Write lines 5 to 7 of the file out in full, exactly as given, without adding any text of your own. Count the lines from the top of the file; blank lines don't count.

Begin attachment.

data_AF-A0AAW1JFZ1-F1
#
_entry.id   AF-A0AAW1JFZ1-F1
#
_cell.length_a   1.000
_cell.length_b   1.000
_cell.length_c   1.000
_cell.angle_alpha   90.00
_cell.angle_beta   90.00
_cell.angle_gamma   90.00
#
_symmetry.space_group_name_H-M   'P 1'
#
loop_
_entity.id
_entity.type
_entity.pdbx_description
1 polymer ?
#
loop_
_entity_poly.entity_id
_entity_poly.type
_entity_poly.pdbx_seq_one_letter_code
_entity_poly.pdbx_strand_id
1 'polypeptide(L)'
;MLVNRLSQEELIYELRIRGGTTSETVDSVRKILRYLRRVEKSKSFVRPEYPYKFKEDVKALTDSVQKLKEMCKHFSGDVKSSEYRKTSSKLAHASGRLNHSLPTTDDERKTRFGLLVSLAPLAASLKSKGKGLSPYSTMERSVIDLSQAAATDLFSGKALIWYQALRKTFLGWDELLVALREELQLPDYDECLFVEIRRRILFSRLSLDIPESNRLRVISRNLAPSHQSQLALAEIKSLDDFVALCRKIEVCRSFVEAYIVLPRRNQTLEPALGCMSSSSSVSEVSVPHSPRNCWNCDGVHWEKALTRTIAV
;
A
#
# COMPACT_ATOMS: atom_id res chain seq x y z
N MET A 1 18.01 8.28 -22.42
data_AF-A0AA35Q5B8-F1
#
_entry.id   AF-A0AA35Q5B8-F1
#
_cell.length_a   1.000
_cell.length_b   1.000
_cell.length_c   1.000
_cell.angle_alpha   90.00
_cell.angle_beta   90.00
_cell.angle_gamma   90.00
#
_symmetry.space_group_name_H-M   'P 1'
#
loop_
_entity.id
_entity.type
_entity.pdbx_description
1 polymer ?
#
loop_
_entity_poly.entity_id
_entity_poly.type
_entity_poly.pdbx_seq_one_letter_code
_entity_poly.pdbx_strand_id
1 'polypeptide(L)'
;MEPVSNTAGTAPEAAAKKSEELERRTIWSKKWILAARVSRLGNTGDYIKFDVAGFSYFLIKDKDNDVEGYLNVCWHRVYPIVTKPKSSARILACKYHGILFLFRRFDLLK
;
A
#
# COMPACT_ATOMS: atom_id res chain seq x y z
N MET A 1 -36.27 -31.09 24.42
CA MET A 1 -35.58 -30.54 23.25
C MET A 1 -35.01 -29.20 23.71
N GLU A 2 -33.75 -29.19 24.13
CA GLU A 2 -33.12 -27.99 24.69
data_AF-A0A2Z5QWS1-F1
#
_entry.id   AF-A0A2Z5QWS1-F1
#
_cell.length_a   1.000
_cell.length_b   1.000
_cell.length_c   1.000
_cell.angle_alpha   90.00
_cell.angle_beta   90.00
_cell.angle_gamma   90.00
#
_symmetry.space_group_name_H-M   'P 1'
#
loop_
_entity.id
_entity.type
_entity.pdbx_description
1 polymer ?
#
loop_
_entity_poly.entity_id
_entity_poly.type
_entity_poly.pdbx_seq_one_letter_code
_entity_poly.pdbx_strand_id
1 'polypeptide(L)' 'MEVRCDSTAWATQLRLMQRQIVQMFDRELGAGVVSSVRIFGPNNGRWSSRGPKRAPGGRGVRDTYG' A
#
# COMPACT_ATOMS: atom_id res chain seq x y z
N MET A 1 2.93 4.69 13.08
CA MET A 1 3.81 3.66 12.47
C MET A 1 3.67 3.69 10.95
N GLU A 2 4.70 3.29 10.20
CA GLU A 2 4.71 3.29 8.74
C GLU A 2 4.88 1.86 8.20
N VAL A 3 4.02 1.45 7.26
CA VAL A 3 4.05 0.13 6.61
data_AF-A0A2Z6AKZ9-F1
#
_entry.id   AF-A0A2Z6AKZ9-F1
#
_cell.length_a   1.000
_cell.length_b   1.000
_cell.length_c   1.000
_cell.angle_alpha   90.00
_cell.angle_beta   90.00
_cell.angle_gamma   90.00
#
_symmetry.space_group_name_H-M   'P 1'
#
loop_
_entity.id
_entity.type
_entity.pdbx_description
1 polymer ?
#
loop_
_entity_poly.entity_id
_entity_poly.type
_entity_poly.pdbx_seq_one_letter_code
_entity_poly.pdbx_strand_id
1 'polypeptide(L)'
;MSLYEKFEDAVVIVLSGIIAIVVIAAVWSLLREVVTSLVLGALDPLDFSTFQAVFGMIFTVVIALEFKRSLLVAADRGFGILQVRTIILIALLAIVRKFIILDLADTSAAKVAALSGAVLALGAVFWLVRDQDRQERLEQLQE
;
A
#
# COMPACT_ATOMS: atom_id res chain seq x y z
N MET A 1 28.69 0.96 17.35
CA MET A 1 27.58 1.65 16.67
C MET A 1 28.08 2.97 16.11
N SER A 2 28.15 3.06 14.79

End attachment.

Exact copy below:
_cell.length_a   1.000
_cell.length_b   1.000
_cell.length_c   1.000